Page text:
4 Relocation to a new complex that will enable us to:
capture the sporting allegiances of the exploding population in Sydney’s North West – a natural rugby demographic – in direct contrast to the area surrounding TG Millner Field
receive the benefits of the game day income that we generate – in direct contrast to TG Millner Field
build a Rugby Centre of Excellence with a High Performance Unit that will be a Rugby exclusive facility – in direct contrast to TG Millner Field
be close to public transport- in direct contrast to TG Millner Field
be embedded in a community that is a natural rugby demographic- in direct contrast to TG Millner Field
How are we going on all of this?
Its early days but we have made some good steps.
As you know from my recent updates, we have employed a full time manager to work with our juniors, schools and community in fostering and growing the game. Early days, but we are encouraged by the initial response.
We are deep in the middle of reworking the legal arrangements and constitutions of the various bodies involved in Eastwood Rugby to put in place a framework for the future – which will guarantee that the sale proceeds are protected and that the Football Club will be in a position to thrive and compete. That process has proven to be more complex than we first envisaged. However, we will shortly be in a position to advise all the various shareholders/members/ stakeholders of the timetable for consideration of the revised arrangements based on the following dates:
February 2019: VRG to put resolutions to shareholders to:
(1) create the Eastwood Rugby Foundation Trust; (2) incorporate a company limited by guarantee (CLBG) to be the beneficiary of the Trust. The CLBG will hold monies distributed from the Trust for the benefit of the Football Club and distribute the funds to the Football Club against an approved budget; and (3) wind-up VRG.
March 2019: Football Club to put resolutions to:
(1) members to adopt a new constitution for the Football Club; and (2) convert the Football Club from a NSW incorporated association to a company limited by guarantee under the Corporations Act.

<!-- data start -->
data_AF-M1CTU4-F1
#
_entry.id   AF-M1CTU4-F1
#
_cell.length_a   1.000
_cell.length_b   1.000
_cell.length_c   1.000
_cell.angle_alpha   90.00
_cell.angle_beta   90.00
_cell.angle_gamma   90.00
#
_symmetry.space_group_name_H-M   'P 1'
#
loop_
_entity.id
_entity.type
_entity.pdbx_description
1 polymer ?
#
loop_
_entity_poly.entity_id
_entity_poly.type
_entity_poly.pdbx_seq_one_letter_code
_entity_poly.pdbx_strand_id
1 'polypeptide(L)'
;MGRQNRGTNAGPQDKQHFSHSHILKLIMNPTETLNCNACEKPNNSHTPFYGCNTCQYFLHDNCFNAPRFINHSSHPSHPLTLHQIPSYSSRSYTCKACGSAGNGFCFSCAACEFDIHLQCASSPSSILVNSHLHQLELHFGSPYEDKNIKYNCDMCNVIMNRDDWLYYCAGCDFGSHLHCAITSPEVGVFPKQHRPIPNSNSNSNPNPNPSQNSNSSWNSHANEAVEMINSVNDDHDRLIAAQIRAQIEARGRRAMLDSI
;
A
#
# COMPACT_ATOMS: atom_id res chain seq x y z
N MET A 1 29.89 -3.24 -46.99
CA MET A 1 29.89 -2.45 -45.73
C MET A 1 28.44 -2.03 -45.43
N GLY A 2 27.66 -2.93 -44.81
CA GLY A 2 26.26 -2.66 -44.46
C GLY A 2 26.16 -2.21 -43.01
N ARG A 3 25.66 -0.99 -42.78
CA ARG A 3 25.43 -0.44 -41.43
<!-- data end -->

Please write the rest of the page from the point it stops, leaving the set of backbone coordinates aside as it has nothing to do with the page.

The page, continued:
3 Relocation We’ve been doing pretty much what was outlined last year and in the various updates that have been sent out since. Working in conjunction with the Council and local members of parliament, we have drawn up a short list of possible sites; we are hopeful of being in a position to make an announcement of the preferred option in the near future.
A telling factor for our re-alignment is that Epping Juniors – the Club that gave us current Directors Wallabies Brett Papworth and Ian Williams – folded last year, as did Hillview the junior Club of Woodies legend Tim Donnelly. On the other hand, only last week Sydney Juniors announced the formation of a new Eastwood District junior Club – at Box Hill right in the middle of the North West.
What are the parameters for the new ground?
Simply put, we are building a centre of excellence that is rugby specific and which will provide a focus for the game in a key strategic pocket of Sydney. We’ve learnt a lot over the years about what makes a great sporting ground and what is needed to be successful in the future.
The new complex will have:
Multiple ovals including a synthetic field – all dedicated solely to rugby and with 24 hour access
broadcast quality lighting – allowing night games and extended training hours
Unlimited and free access for our juniors and schools
Easy access to public transport and a significant amount of off street parking
No proximity to neighbours
Outstanding game day experience for supporters
Professional level gym and supporting infrastructure for players
Close alignment to major commercial and community centres in a rugby demographic
These are all significant developments and I well understand that for many they can seem unsettling. I myself played the majority of my near 250 games for the Club at TG Millner – as did my fellow Directors Graeme Harrison and Wallabies Brett Papworth, Ian Williams and Ian Robertson – and our patron Rob Millner and we all have a deep affection for those times.
None of us have taken any of these decisions lightly, but rather have done so only in support of the Club’s long term best interests.
I hope the above outline has helped you to understand the driving forces behind our every move. Ultimately, we are the custodians of the proud tradition of those who went before us. They moved from Brush Farm to May St, then to the old Eastwood Oval and then out to TG Millner Field – because at the end of the day, it’s the Football Club that we’re all about.
Can I leave you with one of my guiding thoughts which underpins everything we do:
A society grows great when old men plant trees in whose shade they know they shall never sit